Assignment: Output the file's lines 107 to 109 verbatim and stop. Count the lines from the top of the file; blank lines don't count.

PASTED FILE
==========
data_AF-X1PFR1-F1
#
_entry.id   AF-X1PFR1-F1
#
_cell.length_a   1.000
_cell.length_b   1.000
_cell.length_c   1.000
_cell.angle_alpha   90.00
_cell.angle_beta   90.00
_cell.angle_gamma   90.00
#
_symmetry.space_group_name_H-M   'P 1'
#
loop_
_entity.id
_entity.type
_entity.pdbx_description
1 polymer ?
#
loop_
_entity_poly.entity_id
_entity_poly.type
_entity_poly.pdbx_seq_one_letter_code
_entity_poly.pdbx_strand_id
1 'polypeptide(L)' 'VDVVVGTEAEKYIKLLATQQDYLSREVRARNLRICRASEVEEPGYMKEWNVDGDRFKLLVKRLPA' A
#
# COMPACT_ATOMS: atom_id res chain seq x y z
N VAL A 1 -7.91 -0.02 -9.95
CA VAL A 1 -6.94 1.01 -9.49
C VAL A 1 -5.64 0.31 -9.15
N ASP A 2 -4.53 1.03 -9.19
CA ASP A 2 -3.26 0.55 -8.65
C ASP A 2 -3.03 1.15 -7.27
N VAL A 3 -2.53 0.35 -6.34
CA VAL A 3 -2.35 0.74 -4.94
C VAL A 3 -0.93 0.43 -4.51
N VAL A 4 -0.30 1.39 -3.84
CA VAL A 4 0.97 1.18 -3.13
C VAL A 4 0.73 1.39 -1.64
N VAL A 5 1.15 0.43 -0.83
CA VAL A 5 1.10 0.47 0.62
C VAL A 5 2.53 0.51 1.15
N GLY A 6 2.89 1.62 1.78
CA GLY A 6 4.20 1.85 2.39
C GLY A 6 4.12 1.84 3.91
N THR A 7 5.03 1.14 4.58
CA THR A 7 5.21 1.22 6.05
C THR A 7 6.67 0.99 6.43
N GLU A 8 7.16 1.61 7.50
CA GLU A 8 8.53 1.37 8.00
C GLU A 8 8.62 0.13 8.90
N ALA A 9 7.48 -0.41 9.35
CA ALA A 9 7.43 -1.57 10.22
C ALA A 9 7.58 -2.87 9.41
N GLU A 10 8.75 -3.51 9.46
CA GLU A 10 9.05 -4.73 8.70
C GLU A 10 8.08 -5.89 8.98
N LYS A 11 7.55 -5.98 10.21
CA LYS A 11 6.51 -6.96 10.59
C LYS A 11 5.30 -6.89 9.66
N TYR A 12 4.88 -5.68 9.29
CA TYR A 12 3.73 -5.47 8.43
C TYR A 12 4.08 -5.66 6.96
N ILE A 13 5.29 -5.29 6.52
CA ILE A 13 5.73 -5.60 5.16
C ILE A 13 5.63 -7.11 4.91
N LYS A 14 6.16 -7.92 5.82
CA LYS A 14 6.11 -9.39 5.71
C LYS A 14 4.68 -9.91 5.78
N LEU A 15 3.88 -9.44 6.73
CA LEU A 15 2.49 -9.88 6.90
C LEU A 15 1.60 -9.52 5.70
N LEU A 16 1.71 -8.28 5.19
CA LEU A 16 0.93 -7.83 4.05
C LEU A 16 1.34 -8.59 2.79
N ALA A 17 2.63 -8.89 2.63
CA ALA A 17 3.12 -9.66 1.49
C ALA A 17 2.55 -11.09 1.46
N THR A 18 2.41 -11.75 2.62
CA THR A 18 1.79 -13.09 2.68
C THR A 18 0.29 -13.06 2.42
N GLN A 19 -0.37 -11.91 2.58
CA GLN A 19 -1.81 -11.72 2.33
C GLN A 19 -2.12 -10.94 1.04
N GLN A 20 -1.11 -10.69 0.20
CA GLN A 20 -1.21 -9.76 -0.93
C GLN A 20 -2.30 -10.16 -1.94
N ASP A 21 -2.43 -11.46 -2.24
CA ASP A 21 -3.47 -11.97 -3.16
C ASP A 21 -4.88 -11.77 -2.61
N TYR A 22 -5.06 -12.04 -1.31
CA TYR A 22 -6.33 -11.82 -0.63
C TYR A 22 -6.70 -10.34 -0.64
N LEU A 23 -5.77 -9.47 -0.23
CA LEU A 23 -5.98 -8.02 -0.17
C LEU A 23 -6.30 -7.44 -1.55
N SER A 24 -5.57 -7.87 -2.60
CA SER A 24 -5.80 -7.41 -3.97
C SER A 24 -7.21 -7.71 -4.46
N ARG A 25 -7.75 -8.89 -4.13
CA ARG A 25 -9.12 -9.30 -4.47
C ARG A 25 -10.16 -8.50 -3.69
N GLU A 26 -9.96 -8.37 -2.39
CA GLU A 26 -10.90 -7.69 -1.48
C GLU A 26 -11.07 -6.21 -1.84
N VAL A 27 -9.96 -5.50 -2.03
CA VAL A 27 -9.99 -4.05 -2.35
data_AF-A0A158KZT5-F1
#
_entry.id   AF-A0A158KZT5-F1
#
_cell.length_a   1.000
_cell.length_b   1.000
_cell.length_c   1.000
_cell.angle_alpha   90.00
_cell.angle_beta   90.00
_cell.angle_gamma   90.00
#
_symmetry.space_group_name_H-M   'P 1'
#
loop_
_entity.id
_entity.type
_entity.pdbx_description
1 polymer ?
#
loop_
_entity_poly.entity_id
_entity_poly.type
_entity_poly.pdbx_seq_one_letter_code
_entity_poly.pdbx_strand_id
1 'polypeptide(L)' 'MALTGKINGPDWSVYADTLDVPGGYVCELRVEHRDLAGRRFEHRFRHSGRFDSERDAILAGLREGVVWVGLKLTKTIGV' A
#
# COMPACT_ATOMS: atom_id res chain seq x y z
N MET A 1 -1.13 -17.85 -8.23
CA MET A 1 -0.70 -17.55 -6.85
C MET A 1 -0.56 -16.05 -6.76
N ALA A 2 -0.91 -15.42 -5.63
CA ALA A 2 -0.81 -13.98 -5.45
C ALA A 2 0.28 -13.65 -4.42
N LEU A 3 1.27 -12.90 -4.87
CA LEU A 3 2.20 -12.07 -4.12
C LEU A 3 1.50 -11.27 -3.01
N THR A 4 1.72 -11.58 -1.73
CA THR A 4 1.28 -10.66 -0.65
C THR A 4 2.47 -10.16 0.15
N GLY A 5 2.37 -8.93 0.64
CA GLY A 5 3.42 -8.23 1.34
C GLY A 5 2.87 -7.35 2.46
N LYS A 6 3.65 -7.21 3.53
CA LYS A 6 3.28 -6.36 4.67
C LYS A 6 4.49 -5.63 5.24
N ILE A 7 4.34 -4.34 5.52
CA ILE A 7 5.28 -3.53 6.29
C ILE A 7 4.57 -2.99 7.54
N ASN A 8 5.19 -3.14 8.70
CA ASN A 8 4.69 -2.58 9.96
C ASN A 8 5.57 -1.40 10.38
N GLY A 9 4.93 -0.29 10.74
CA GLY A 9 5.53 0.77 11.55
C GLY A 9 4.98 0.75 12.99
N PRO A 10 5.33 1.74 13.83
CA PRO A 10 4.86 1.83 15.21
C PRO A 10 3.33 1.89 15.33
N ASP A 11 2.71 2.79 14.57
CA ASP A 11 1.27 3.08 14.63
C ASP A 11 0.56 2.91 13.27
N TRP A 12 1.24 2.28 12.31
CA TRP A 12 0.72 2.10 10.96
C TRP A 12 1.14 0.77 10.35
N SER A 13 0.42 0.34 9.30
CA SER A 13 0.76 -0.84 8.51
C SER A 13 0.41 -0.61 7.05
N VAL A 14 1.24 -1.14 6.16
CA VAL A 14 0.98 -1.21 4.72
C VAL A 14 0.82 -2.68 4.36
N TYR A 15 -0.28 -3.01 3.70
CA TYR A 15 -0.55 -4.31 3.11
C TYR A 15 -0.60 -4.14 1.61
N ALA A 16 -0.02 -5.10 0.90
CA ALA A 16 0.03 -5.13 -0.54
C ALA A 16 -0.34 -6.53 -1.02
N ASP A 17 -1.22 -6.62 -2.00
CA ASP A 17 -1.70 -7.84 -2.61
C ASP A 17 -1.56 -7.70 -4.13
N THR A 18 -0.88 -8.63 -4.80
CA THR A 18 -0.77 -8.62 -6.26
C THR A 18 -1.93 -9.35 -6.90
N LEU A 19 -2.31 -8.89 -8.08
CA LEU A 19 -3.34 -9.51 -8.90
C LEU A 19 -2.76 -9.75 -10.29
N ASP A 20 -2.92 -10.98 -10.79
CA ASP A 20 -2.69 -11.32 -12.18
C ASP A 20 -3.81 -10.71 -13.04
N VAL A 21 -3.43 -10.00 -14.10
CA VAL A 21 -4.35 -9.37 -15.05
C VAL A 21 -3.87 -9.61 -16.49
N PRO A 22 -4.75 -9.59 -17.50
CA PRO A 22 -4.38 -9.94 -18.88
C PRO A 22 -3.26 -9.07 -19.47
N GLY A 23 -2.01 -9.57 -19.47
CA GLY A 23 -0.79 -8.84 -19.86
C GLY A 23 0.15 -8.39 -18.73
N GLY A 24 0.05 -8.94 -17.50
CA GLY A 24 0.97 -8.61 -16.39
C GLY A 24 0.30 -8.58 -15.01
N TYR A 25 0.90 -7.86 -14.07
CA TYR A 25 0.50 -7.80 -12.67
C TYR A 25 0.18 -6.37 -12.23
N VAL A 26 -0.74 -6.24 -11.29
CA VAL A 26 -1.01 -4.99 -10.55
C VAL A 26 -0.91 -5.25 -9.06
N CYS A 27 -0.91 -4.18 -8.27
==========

CA VAL A 27 -9.99 -4.05 -2.35
data_AF-A0A158KZT5-F1
#